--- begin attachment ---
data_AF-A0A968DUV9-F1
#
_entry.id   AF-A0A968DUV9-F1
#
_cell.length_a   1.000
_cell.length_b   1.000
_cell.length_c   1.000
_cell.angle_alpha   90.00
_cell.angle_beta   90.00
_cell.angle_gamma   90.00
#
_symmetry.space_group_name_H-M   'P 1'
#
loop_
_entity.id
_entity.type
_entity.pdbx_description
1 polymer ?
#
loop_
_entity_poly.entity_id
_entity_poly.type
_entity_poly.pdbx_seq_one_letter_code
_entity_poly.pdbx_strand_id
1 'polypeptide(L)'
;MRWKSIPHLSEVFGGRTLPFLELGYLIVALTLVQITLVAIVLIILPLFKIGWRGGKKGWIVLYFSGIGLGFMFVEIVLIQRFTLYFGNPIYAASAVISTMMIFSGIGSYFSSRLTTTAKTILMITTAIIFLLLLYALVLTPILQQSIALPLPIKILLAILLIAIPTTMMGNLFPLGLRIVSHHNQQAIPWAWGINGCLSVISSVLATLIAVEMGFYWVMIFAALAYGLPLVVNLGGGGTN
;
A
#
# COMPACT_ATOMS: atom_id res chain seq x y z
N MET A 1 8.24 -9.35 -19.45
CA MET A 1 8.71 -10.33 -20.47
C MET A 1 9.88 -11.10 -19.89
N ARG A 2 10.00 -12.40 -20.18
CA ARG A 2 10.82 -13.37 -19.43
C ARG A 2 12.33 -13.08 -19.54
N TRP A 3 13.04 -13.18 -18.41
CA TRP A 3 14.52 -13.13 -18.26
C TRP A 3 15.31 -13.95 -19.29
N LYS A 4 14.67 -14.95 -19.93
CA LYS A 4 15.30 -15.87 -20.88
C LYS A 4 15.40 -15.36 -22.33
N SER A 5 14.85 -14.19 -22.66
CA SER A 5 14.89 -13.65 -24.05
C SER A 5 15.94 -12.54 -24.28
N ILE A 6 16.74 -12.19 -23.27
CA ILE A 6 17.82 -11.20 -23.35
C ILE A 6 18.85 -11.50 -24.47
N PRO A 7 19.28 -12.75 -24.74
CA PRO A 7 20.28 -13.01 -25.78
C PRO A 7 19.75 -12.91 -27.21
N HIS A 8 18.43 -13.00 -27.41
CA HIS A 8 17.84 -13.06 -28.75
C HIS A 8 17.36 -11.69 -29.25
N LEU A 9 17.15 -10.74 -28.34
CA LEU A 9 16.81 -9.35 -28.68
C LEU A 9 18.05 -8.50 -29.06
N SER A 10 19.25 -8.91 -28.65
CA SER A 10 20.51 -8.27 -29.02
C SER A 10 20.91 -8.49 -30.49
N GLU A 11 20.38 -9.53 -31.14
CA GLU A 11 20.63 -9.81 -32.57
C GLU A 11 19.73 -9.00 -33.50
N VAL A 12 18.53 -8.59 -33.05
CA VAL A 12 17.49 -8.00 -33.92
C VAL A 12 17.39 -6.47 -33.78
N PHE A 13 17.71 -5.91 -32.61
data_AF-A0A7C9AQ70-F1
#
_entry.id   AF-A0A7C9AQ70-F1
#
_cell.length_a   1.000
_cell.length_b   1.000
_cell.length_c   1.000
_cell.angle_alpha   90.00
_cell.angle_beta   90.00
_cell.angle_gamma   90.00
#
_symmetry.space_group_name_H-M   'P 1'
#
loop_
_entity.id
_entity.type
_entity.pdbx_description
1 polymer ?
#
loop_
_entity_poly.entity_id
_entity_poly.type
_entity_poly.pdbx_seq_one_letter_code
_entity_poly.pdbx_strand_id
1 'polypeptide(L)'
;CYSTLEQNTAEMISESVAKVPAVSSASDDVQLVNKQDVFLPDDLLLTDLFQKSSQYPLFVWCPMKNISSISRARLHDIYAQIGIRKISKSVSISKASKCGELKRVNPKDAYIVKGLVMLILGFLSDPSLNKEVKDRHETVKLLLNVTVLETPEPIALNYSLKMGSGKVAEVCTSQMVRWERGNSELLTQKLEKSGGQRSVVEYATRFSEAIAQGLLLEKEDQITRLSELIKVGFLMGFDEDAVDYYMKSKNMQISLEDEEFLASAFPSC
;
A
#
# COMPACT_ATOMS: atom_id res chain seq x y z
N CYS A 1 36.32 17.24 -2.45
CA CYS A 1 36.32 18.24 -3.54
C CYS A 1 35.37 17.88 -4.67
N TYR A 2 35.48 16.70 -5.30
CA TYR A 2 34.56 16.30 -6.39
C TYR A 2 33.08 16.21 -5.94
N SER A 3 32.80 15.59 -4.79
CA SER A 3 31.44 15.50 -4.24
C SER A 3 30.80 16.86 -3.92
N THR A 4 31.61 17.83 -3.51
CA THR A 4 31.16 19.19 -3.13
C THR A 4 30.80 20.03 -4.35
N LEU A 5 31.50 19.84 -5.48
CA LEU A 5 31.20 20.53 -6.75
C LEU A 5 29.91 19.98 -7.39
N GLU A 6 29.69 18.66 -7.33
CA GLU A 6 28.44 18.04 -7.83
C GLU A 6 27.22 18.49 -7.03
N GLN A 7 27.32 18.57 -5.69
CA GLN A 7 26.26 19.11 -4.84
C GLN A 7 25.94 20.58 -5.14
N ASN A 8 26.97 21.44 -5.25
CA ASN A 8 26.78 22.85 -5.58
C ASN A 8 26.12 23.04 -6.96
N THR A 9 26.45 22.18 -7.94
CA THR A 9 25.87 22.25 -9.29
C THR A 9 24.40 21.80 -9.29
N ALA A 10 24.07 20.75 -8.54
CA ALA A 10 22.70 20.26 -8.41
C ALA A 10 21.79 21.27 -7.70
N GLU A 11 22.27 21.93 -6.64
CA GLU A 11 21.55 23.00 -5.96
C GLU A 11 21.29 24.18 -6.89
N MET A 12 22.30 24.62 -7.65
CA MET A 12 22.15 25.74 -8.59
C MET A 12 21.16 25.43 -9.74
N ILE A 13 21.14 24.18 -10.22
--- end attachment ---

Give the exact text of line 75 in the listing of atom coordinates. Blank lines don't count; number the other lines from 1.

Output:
_cell.angle_alpha   90.00